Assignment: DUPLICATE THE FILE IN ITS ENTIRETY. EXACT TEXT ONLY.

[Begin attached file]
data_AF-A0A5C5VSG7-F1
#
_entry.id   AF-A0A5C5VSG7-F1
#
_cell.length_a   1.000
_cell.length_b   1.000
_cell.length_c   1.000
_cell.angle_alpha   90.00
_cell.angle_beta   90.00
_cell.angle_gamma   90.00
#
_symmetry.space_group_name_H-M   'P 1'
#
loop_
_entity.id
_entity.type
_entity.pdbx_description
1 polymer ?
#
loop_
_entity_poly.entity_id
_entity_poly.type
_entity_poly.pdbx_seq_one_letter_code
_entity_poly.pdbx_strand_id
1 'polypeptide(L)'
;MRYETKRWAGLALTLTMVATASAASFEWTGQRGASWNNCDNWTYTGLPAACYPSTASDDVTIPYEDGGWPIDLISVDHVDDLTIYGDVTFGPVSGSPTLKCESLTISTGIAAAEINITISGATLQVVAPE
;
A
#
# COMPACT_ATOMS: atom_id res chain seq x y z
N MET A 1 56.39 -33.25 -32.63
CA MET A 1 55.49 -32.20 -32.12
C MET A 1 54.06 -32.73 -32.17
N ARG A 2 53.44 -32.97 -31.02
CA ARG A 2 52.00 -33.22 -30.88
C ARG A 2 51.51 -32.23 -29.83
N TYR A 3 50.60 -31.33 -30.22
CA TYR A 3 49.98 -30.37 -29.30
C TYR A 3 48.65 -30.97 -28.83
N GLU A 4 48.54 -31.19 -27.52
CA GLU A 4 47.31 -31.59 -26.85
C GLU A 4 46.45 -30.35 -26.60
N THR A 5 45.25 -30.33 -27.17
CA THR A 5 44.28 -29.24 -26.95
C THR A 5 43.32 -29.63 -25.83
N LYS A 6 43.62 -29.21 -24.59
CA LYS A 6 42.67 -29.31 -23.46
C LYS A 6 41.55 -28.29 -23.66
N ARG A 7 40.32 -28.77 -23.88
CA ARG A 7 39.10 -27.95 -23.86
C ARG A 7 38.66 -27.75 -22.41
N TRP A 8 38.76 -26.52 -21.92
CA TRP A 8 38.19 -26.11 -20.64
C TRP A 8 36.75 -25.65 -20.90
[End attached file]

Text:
data_AF-A0A5C5VSG7-F1
#
_entry.id   AF-A0A5C5VSG7-F1
#
_cell.length_a   1.000
_cell.length_b   1.000
_cell.length_c   1.000
_cell.angle_alpha   90.00
_cell.angle_beta   90.00
_cell.angle_gamma   90.00
#
_symmetry.space_group_name_H-M   'P 1'
#
loop_
_entity.id
_entity.type
_entity.pdbx_description
1 polymer ?
#
loop_
_entity_poly.entity_id
_entity_poly.type
_entity_poly.pdbx_seq_one_letter_code
_entity_poly.pdbx_strand_id
1 'polypeptide(L)'
;MRYETKRWAGLALTLTMVATASAASFEWTGQRGASWNNCDNWTYTGLPAACYPSTASDDVTIPYEDGGWPIDLISVDHVDDLTIYGDVTFGPVSGSPTLKCESLTISTGIAAAEINITISGATLQVVAPE
;
A
#
# COMPACT_ATOMS: atom_id res chain seq x y z
N MET A 1 56.39 -33.25 -32.63
CA MET A 1 55.49 -32.20 -32.12
C MET A 1 54.06 -32.73 -32.17
N ARG A 2 53.44 -32.97 -31.02
CA ARG A 2 52.00 -33.22 -30.88
C ARG A 2 51.51 -32.23 -29.83
N TYR A 3 50.60 -31.33 -30.22
CA TYR A 3 49.98 -30.37 -29.30
C TYR A 3 48.65 -30.97 -28.83
N GLU A 4 48.54 -31.19 -27.52
CA GLU A 4 47.31 -31.59 -26.85
C GLU A 4 46.45 -30.35 -26.60
N THR A 5 45.25 -30.33 -27.17
CA THR A 5 44.28 -29.24 -26.95
C THR A 5 43.32 -29.63 -25.83
N LYS A 6 43.62 -29.21 -24.59
CA LYS A 6 42.67 -29.31 -23.46
C LYS A 6 41.55 -28.29 -23.66
N ARG A 7 40.32 -28.77 -23.88
CA ARG A 7 39.10 -27.95 -23.86
C ARG A 7 38.66 -27.75 -22.41
N TRP A 8 38.76 -26.52 -21.92
CA TRP A 8 38.19 -26.11 -20.64
C TRP A 8 36.75 -25.65 -20.90